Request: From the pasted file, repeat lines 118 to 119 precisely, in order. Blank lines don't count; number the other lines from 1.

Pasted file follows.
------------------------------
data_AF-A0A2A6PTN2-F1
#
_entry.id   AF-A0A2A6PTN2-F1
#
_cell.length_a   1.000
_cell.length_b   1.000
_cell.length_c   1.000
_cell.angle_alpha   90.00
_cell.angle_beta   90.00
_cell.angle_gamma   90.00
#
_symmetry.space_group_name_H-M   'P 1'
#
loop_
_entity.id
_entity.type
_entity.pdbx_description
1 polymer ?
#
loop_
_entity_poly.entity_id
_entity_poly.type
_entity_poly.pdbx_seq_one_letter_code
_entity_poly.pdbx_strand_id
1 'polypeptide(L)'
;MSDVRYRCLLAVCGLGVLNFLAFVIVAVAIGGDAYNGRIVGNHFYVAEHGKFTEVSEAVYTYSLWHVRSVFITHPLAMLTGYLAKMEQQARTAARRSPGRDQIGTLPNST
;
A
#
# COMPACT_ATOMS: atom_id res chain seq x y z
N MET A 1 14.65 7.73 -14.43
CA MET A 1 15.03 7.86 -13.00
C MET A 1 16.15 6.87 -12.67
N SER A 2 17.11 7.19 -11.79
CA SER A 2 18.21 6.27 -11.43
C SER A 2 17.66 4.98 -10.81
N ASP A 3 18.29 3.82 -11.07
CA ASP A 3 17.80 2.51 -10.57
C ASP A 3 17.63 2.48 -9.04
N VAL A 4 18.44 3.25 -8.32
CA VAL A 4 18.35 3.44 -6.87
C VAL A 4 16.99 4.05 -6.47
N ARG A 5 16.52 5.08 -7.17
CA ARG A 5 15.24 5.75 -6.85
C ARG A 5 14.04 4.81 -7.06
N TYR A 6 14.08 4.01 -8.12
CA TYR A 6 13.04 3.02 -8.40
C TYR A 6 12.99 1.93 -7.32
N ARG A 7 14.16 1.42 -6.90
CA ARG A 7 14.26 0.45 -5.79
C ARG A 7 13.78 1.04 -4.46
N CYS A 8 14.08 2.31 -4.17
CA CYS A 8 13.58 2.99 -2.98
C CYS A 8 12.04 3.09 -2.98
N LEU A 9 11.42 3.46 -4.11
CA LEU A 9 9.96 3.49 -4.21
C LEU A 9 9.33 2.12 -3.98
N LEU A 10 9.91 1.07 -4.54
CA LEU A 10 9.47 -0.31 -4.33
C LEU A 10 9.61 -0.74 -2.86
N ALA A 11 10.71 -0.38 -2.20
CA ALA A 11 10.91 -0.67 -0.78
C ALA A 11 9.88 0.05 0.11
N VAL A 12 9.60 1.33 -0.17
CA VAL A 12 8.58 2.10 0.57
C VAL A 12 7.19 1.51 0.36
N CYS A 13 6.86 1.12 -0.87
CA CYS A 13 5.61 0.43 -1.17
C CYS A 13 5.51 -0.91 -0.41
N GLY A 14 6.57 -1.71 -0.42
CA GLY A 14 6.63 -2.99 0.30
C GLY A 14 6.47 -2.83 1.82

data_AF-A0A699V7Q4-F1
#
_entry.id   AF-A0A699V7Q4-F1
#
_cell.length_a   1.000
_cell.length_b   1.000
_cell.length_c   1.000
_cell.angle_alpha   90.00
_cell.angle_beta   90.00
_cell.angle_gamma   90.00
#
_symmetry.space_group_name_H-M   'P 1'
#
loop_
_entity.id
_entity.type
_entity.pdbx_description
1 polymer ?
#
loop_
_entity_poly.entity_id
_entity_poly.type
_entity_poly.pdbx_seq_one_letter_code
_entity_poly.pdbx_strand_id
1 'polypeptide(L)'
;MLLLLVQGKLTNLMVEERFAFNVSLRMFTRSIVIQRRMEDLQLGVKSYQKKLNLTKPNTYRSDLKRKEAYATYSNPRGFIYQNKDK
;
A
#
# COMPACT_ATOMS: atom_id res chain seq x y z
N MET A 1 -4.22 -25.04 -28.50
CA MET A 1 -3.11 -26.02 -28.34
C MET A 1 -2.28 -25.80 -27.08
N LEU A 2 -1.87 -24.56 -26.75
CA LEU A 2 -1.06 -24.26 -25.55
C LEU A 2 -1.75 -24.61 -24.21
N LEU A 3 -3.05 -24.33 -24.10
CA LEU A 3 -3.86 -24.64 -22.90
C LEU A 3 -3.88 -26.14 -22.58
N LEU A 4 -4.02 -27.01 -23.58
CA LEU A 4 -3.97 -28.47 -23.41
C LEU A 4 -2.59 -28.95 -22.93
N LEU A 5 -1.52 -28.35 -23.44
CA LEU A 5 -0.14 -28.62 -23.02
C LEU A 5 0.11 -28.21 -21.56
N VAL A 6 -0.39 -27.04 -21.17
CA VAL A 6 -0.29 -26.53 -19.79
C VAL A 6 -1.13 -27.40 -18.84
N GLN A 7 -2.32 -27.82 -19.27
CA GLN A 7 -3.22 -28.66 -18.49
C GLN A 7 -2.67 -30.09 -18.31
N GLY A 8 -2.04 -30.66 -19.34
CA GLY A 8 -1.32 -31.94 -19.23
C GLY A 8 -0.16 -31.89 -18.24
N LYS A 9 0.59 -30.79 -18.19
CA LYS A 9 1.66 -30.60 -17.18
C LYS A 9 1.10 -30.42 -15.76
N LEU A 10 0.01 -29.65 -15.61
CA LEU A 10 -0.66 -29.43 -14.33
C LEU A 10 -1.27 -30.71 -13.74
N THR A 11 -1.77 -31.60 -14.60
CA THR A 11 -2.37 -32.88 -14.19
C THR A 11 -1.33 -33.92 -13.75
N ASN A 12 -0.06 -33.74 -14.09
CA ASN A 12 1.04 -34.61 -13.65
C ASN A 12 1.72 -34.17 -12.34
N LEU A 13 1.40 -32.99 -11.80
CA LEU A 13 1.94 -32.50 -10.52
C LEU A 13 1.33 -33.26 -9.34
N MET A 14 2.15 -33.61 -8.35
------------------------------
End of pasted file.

N VAL A 6 -0.39 -27.04 -21.17
CA VAL A 6 -0.29 -26.53 -19.79